Fish in lakes tainted with metals are losing their sense of smell, stoking concern among experts that the problem could devastate populations.
But if the fish can just get into cleaner water – even if they’ve been exposed to pollutants their whole life – they start sniffing things properly again, according to new research out of Canada.
Fish use their sense of smell to find mates and food, and to avoid getting eaten. It helps them navigate their often murky world, and it is necessary for their growth and survival. But when metals contact fish nostrils, the neurons shut down to protect the brain.
Metals already have been linked to impaired reproduction and growth in fish but now they are proving to be “covert toxics,” said Keith Tierney, a University of Alberta assistant professor who did not participate in the new study. “If you can’t smell food, or avoid predators, you’re more likely to die – simple as that.”
Greg Pyle, a professor at the University of Lethbridge in Alberta, said he suspects that impaired sense of smell “has meaningful and profound effects” on many fish species. It may be jeopardizing entire populations of fish, including some endangered species.
“We’ve tested everything from leeches to water fleas to several species of fish,” Pyle said. “Every species and every metal we’ve observed has had effects at low, environmentally relevant concentrations.”
Most contaminated lakes have a metallic mix, making it hard to tease out which pollutants are to blame.
In the latest study, Pyle and his team of researchers took yellow perch that lived in Ontario lakes contaminated with mercury, nickel, copper, iron and manganese, and put them in a cleaner lake. Within 24 hours of basking in the clean water, the fish regained their sense of smell.
This shows “fish from metal contaminated lakes have the ability to recover once the lake recovers,” the authors wrote in the paper published in last month’s Ecotoxicology and Environmental Safety journal.
The researchers used wild fish from two lakes with metal contamination (Ramsey and Hannah lakes) and from a cleaner one (Geneva Lake). Ramsey and Hannah, located in Sudbury, Ontario, are polluted from more than a century of mining, particularly with nickel. Hannah Lake is one of the worst-polluted lakes in the area, while Ramsey is similar to other North American lakes near industrial areas. Geneva Lake is far enough northwest to escape most contaminants.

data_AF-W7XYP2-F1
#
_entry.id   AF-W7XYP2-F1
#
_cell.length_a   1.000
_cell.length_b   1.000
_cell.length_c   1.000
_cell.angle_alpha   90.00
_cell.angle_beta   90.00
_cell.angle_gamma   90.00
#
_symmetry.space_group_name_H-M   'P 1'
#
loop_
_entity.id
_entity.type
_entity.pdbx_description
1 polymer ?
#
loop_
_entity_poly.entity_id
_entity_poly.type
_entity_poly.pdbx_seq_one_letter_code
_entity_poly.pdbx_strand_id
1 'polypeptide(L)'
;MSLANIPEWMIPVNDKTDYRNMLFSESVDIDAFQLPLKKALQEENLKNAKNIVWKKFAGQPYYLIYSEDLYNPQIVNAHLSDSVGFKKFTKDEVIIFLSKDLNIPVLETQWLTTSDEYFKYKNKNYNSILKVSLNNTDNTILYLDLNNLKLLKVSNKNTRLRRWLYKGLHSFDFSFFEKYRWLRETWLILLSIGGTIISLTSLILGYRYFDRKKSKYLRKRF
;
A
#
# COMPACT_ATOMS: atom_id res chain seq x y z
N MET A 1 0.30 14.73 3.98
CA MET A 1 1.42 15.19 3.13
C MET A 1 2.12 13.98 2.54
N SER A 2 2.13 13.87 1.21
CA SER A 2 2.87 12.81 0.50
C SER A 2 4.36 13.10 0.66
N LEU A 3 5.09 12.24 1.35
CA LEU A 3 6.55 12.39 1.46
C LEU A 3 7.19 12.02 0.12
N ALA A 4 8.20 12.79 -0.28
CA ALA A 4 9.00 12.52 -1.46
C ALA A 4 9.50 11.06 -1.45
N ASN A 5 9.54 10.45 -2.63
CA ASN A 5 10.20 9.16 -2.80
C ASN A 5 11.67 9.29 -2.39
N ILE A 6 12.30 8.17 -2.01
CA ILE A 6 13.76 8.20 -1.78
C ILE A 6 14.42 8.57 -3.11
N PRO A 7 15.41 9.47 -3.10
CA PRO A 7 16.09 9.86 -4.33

Just as the clean lake revived the sense of smell for the Ramsey and Hannah fish, Geneva Lake’s perch had decreased smell after just 24 hours of hanging out in the dirtier lakes. Their response times to substances that smelled like their food dropped 75 to 59 percent.
Some metals attack specific neurons in the nostrils that respond to certain smells, Pyle said. Nickel targets the neurons that help fish smell food, while copper – at low concentrations – targets the neurons that help fish avoid predators. At higher concentrations, copper impairs their smell for everything.
“Copper is a poster child for water pollution,” said Nathaniel Scholz, an ecotoxicology program manager at the National Oceanic and Atmospheric Administration's Northwest Fisheries Science Center. “Copper is intensively used as a pesticide, fungicide…It’s found in cars, in boat paint, so boatyards are often contaminated. And it’s often found in industrial discharge and near legacy mining operations. It’s a rare pollutant that’s both agricultural and urban.”
Copper use has more than doubled in the United States over the past three decades, according to a 2012 report from the Copper Development Association.
Copper and other metal contaminants are a factor in the poor survival of the West Coast’s coho salmon, which are endangered or threatened in most of the region, Scholz said.
Young coho salmon exposed to low levels of copper did not evade predators – cutthroat trout – nearly as well as unexposed salmon, according to a lab study by Scholz and colleagues.
This is concerning, Scholz said, because they are listed as endangered or threatened throughout most of the Northwest United States.
The problem is “likely to be widespread in many freshwater aquatic habitats,” according to a NOAA report. The report said that increases in salmon response time to smells came within 10 minutes of exposure in some cases.
Adding to the concern, Tierney found that zebrafish hung out where the herbicides entered their water, instead of avoiding it. The fish seemed to think that there was more food where the chemicals were because of excessive nutrients and bacteria.
Pyle said one way to mitigate the problem is cleaning up contamination near spawning sites, as embryos are sensitive to the metals. Pyle said hatching in clean water, even if the fish ends up in dirty water, bolsters the chance it will maintain its sense of smell.
“You and I can communicate and learn about our environment from seeing and listening,” Pyle said. “But when you’re living in water, you get a lot better info from molecules dissolved in your immediate surroundings. It’s crucial for them.”
This article originally ran at Environmental Health News, a news source published by Environmental Health Sciences, a nonprofit media company.